Mechanic’s Liens Lawyers Helping You Navigate The Legal Process
A mechanic’s lien is a statutory remedy for a contractor, subcontractor, or supplier of labor, services or materials when it has performed work but not received compensation for the work. In that instance, the contractor or subcontractor may file a mechanic’s lien against the property where he performed the work. Once properly recorded at the county recorder’s office, the mechanic’s lien creates a security interest in the title of the property. This serves to secure the right to payment of compensation owed to the aggrieved contractor, laborer or supplier.
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Unpaid Mechanic’s Liens Can Result In Foreclosure On The Property
The filing of a mechanic’s lien requires a complicated series of steps that must be performed in the correct order in a certain period of time after the contractor or subcontractor has completed its work. The purpose of the multi-step process is to provide proper notification to the owner that the contractor or subcontractor has not been paid. Presuming that a mechanic’s lien is valid-meaning that it complies with certain notification requirements-the aggrieved contractor or subcontractor can file a lien foreclosure action in superior court if the mechanic’s lien remains unpaid 90 days after it was recorded. A foreclosure action can result in the forced sale of the property in order to pay off the debt embodied by the lien.
Nuts And Bolts: Who Can File And How Is It Done?
Mechanic’s liens are important tools to help protect your rights and ensure full payments for all work provided. However, navigating the often-complex rules related to these liens can be a challenge. It is important to be familiar with some of the basic requirements.
- The lien can be recorded only on private projects by contractors, subcontractors, suppliers and materialmen.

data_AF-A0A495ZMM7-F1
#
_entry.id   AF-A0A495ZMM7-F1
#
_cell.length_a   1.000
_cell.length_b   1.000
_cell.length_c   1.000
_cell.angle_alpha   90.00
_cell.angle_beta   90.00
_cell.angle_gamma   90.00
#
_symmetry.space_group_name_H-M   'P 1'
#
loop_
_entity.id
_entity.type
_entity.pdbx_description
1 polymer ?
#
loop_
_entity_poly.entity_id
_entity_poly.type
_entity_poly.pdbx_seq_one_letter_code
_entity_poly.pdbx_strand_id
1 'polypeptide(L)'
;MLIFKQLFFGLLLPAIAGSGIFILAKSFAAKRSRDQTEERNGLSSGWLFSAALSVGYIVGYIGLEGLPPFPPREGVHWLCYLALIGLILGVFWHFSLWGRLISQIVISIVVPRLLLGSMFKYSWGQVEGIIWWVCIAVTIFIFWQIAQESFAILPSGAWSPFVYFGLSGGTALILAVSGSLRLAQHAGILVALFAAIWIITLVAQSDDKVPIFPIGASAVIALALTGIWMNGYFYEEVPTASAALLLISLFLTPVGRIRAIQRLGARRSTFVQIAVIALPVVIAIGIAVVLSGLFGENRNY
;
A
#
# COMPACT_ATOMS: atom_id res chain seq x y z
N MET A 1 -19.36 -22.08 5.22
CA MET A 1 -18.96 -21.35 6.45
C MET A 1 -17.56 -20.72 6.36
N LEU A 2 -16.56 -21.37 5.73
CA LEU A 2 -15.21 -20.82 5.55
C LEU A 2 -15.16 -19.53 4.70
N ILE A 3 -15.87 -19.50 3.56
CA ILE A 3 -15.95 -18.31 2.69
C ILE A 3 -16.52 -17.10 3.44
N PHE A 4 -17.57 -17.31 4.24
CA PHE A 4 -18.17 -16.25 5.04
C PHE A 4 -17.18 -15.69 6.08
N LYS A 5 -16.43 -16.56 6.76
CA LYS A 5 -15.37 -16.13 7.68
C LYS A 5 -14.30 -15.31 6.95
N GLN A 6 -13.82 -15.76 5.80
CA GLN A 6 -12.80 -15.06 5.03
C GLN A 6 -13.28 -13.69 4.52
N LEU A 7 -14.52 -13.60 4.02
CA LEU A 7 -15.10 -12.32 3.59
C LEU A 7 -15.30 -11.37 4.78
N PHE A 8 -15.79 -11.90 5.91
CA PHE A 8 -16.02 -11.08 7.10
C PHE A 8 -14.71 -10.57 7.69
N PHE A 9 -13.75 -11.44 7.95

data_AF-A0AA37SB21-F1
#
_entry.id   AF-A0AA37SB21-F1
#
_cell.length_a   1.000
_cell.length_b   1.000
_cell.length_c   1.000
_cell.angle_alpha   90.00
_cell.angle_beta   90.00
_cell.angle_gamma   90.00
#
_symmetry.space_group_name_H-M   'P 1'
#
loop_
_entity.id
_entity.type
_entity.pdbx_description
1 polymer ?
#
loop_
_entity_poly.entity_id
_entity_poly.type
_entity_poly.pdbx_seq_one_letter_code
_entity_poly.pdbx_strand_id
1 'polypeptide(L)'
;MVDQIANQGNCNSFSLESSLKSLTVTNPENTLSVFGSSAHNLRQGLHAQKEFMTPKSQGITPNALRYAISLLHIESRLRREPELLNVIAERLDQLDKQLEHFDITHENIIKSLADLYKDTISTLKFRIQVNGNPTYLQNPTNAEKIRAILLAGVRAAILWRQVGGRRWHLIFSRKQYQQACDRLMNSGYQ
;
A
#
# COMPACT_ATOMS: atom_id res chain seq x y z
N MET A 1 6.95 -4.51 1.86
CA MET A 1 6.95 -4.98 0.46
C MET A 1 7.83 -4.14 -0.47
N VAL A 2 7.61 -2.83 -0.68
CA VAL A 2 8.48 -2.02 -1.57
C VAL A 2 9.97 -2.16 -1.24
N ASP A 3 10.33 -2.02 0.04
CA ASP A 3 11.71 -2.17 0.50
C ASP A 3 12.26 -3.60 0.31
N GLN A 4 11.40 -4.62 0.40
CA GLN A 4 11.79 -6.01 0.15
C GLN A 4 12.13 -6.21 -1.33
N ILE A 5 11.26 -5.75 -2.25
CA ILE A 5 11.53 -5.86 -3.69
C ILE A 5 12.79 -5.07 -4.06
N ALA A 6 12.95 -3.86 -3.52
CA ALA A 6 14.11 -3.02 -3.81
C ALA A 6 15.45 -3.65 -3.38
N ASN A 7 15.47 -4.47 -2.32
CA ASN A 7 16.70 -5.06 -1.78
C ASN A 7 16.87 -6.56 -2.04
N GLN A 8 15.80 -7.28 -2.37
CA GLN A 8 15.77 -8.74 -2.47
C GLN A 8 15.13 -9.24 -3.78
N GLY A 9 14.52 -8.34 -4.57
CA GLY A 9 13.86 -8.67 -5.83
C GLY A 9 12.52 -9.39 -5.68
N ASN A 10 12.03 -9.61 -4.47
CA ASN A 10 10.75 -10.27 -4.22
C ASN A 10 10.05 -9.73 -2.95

- In some cases, a subcontractor may be required to serve a preliminary notice at the start of their work on the project in order to preserve their mechanic’s lien rights.
- Deadlines to file a mechanic’s lien vary slightly between direct contractors and subcontractors or suppliers. For direct contractors, the lien must be recorded the earlier of (1) 90 days after project completion or; (2) 60 days after an owner records a notice of completion or cessation of the work. Conversely, subcontractors and suppliers must record a lien the earlier of (1) 90 days after project completion; or 30 days after an owner records a notice of completion or cessation of the work.
- The lien must be properly served on the owner in order to provide the owner with notice.
- A mechanic’s lien must be foreclosed within 90 days of recording in order to retain a valid claim against the property. If the lien is not timely foreclosed, the owner may have the lien expunged and demand his attorney fees and costs be paid.
If you are a California contractor, subcontractor, or supplier engaged in a dispute regarding payment for work performed, our team at Bowles & Verna LLP is here to help. Please contact the managing partner of our construction practice group to discuss your situation today. We can be reached at 925-935-3300. For all of the latest news and legal developments impacting the California construction industry, please visit our California Construction Law Blog.